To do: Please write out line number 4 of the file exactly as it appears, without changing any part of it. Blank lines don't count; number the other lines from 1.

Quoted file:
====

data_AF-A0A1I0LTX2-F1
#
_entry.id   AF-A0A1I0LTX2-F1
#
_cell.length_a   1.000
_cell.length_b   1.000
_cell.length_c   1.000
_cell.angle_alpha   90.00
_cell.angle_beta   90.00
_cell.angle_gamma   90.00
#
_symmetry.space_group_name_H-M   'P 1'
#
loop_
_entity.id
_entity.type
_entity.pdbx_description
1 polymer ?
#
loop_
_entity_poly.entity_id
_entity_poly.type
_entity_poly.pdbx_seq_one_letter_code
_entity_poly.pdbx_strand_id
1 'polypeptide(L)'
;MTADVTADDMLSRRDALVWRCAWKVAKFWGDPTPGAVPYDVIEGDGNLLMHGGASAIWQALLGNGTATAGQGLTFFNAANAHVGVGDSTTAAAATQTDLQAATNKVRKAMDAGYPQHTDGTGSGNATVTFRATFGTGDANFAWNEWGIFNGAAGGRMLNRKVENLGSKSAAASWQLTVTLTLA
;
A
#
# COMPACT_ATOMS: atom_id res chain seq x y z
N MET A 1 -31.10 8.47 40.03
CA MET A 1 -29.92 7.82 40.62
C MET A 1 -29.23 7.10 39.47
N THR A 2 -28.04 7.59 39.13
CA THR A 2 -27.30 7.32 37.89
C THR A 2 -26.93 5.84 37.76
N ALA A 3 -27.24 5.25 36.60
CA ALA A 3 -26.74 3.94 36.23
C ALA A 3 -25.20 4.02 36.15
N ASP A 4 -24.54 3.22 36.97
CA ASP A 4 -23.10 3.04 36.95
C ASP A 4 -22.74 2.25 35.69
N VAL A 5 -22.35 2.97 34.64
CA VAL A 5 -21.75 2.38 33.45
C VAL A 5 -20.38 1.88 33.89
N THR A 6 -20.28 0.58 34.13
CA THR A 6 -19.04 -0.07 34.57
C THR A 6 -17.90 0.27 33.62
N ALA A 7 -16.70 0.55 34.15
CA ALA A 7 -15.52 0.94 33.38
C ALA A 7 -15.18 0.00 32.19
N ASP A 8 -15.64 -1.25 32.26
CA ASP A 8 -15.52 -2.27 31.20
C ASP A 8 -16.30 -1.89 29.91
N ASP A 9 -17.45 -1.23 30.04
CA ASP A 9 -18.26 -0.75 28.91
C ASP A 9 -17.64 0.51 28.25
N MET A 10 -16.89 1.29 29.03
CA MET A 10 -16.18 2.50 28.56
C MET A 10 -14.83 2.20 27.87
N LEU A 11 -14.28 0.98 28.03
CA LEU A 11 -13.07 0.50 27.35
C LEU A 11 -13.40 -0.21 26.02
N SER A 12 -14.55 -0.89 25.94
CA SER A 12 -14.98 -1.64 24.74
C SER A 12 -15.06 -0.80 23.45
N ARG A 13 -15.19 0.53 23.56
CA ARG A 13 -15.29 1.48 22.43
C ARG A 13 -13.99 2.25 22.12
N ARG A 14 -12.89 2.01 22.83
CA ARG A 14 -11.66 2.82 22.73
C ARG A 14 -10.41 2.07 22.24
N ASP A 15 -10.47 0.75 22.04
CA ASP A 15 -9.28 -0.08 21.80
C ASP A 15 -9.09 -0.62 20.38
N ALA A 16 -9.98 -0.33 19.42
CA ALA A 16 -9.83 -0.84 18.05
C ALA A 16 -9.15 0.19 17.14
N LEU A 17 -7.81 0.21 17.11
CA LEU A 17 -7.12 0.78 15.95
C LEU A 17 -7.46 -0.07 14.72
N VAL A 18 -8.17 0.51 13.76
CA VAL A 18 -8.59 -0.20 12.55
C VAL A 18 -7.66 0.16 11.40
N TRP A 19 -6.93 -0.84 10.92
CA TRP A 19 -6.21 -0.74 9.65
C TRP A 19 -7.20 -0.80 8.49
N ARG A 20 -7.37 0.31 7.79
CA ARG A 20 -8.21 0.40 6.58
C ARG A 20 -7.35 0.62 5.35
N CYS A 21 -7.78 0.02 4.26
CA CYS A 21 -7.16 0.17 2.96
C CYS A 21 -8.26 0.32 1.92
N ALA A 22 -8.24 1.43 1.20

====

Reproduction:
#